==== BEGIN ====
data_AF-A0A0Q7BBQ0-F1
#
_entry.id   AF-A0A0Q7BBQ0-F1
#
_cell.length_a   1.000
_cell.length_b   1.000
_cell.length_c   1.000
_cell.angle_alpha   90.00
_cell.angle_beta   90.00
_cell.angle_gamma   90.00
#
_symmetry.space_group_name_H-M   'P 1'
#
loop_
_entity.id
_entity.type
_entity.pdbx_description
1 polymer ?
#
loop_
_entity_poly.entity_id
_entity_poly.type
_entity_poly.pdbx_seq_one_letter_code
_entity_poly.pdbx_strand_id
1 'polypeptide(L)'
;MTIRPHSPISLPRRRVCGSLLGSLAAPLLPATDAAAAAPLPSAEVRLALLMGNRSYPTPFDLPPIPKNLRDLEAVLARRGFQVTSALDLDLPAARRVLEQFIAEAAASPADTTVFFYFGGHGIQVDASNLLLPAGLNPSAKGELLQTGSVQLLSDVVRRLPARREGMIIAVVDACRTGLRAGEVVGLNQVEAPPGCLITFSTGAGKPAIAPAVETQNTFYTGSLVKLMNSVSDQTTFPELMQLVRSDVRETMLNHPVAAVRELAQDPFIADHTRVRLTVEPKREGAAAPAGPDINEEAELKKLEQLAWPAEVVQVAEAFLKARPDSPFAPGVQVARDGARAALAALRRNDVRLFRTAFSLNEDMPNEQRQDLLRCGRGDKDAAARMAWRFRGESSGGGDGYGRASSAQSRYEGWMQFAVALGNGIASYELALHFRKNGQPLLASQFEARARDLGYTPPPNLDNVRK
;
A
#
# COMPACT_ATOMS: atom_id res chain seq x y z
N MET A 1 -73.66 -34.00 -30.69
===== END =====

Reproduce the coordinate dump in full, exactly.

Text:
data_AF-A0A0Q7BBQ0-F1
#
_entry.id   AF-A0A0Q7BBQ0-F1
#
_cell.length_a   1.000
_cell.length_b   1.000
_cell.length_c   1.000
_cell.angle_alpha   90.00
_cell.angle_beta   90.00
_cell.angle_gamma   90.00
#
_symmetry.space_group_name_H-M   'P 1'
#
loop_
_entity.id
_entity.type
_entity.pdbx_description
1 polymer ?
#
loop_
_entity_poly.entity_id
_entity_poly.type
_entity_poly.pdbx_seq_one_letter_code
_entity_poly.pdbx_strand_id
1 'polypeptide(L)'
;MTIRPHSPISLPRRRVCGSLLGSLAAPLLPATDAAAAAPLPSAEVRLALLMGNRSYPTPFDLPPIPKNLRDLEAVLARRGFQVTSALDLDLPAARRVLEQFIAEAAASPADTTVFFYFGGHGIQVDASNLLLPAGLNPSAKGELLQTGSVQLLSDVVRRLPARREGMIIAVVDACRTGLRAGEVVGLNQVEAPPGCLITFSTGAGKPAIAPAVETQNTFYTGSLVKLMNSVSDQTTFPELMQLVRSDVRETMLNHPVAAVRELAQDPFIADHTRVRLTVEPKREGAAAPAGPDINEEAELKKLEQLAWPAEVVQVAEAFLKARPDSPFAPGVQVARDGARAALAALRRNDVRLFRTAFSLNEDMPNEQRQDLLRCGRGDKDAAARMAWRFRGESSGGGDGYGRASSAQSRYEGWMQFAVALGNGIASYELALHFRKNGQPLLASQFEARARDLGYTPPPNLDNVRK
;
A
#
# COMPACT_ATOMS: atom_id res chain seq x y z
N MET A 1 -73.66 -34.00 -30.69